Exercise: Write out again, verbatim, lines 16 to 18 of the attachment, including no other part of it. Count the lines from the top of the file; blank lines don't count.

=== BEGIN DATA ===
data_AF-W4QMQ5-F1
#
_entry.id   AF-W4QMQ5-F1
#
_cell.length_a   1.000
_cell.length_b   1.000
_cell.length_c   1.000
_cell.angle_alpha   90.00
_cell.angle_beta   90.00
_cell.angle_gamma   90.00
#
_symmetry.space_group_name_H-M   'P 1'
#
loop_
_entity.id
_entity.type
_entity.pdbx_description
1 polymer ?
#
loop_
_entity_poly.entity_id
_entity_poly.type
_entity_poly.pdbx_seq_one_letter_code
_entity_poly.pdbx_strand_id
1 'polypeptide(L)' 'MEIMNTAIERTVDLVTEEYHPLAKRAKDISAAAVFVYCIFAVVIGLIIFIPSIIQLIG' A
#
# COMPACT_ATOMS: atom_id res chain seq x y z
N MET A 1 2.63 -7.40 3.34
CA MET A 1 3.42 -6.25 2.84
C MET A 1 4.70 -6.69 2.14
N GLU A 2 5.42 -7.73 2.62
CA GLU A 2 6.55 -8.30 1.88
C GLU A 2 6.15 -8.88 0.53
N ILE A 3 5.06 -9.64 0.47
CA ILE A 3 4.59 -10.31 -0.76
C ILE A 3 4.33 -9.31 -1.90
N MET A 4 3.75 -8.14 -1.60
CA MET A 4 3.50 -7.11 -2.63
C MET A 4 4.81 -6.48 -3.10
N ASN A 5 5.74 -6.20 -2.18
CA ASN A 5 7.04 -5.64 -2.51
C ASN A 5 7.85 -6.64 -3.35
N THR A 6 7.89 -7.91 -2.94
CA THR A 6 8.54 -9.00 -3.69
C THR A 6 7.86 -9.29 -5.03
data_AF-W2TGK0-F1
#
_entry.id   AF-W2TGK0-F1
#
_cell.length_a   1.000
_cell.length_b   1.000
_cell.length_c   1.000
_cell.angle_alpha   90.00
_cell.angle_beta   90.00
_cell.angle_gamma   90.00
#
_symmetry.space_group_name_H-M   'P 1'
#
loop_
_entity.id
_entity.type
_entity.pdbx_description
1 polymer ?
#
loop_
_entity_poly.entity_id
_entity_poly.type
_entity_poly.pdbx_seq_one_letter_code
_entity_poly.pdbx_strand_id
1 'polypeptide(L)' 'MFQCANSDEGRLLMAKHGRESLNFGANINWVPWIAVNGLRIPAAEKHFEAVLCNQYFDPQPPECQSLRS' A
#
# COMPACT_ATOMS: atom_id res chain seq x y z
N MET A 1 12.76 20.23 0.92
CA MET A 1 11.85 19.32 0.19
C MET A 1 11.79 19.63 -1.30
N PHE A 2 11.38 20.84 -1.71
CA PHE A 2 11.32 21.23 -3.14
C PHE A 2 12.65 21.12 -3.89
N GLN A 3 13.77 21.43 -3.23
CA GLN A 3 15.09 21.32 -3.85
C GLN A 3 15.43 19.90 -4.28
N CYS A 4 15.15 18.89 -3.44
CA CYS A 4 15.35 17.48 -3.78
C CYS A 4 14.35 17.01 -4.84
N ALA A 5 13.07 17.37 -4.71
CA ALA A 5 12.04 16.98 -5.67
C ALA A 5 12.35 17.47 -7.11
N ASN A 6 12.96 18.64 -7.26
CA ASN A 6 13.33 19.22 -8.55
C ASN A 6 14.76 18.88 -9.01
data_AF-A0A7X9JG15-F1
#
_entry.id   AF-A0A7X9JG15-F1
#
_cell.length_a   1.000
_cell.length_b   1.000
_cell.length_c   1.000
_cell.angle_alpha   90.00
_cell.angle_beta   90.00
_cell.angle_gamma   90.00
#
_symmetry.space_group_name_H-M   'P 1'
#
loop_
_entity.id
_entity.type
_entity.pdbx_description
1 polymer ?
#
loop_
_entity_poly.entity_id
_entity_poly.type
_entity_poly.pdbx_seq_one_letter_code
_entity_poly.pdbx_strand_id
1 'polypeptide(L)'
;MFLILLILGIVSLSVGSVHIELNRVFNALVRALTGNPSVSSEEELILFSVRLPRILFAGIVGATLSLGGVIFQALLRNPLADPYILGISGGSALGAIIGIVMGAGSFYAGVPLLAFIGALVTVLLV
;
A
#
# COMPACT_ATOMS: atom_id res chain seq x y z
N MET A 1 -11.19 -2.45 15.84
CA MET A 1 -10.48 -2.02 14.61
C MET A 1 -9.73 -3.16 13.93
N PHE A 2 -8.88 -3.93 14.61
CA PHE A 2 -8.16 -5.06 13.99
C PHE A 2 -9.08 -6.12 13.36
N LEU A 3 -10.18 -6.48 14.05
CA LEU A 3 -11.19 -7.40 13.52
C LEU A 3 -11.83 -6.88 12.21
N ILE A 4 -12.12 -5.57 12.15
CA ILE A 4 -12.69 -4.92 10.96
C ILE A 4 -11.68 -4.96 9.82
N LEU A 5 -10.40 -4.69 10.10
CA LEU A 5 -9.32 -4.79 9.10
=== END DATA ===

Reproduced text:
_entity.type
_entity.pdbx_description
1 polymer ?